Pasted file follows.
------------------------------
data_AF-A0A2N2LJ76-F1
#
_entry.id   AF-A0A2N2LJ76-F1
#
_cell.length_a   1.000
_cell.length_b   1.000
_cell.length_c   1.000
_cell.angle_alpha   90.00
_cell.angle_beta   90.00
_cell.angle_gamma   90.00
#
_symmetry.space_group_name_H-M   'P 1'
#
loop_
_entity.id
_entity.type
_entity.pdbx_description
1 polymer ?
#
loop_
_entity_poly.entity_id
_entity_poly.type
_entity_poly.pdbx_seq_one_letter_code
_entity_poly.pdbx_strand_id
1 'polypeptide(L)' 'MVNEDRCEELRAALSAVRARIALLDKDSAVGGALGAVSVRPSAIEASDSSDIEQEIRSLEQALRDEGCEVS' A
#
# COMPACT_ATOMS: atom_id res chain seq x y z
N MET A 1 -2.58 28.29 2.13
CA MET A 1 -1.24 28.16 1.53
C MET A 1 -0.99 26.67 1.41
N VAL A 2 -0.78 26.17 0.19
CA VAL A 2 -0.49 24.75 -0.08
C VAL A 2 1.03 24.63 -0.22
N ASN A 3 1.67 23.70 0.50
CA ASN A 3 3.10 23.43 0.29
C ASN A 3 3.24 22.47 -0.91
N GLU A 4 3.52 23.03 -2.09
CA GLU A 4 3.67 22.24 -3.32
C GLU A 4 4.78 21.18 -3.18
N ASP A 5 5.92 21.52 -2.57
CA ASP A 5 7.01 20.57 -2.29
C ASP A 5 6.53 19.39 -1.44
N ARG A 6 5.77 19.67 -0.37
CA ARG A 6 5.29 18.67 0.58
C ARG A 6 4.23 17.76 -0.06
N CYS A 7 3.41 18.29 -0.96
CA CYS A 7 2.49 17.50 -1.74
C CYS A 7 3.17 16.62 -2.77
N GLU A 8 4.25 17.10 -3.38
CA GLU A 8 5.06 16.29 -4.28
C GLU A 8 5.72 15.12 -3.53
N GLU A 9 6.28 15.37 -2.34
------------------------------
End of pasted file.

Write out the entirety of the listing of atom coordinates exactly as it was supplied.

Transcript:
data_AF-A0A2N2LJ76-F1
#
_entry.id   AF-A0A2N2LJ76-F1
#
_cell.length_a   1.000
_cell.length_b   1.000
_cell.length_c   1.000
_cell.angle_alpha   90.00
_cell.angle_beta   90.00
_cell.angle_gamma   90.00
#
_symmetry.space_group_name_H-M   'P 1'
#
loop_
_entity.id
_entity.type
_entity.pdbx_description
1 polymer ?
#
loop_
_entity_poly.entity_id
_entity_poly.type
_entity_poly.pdbx_seq_one_letter_code
_entity_poly.pdbx_strand_id
1 'polypeptide(L)' 'MVNEDRCEELRAALSAVRARIALLDKDSAVGGALGAVSVRPSAIEASDSSDIEQEIRSLEQALRDEGCEVS' A
#
# COMPACT_ATOMS: atom_id res chain seq x y z
N MET A 1 -2.58 28.29 2.13
CA MET A 1 -1.24 28.16 1.53
C MET A 1 -0.99 26.67 1.41
N VAL A 2 -0.78 26.17 0.19
CA VAL A 2 -0.49 24.75 -0.08
C VAL A 2 1.03 24.63 -0.22
N ASN A 3 1.67 23.70 0.50
CA ASN A 3 3.10 23.43 0.29
C ASN A 3 3.24 22.47 -0.91
N GLU A 4 3.52 23.03 -2.09
CA GLU A 4 3.67 22.24 -3.32
C GLU A 4 4.78 21.18 -3.18
N ASP A 5 5.92 21.52 -2.57
CA ASP A 5 7.01 20.57 -2.29
C ASP A 5 6.53 19.39 -1.44
N ARG A 6 5.77 19.67 -0.37
CA ARG A 6 5.29 18.67 0.58
C ARG A 6 4.23 17.76 -0.06
N CYS A 7 3.41 18.29 -0.96
CA CYS A 7 2.49 17.50 -1.74
C CYS A 7 3.17 16.62 -2.77
N GLU A 8 4.25 17.10 -3.38
CA GLU A 8 5.06 16.29 -4.28
C GLU A 8 5.72 15.12 -3.53
N GLU A 9 6.28 15.37 -2.34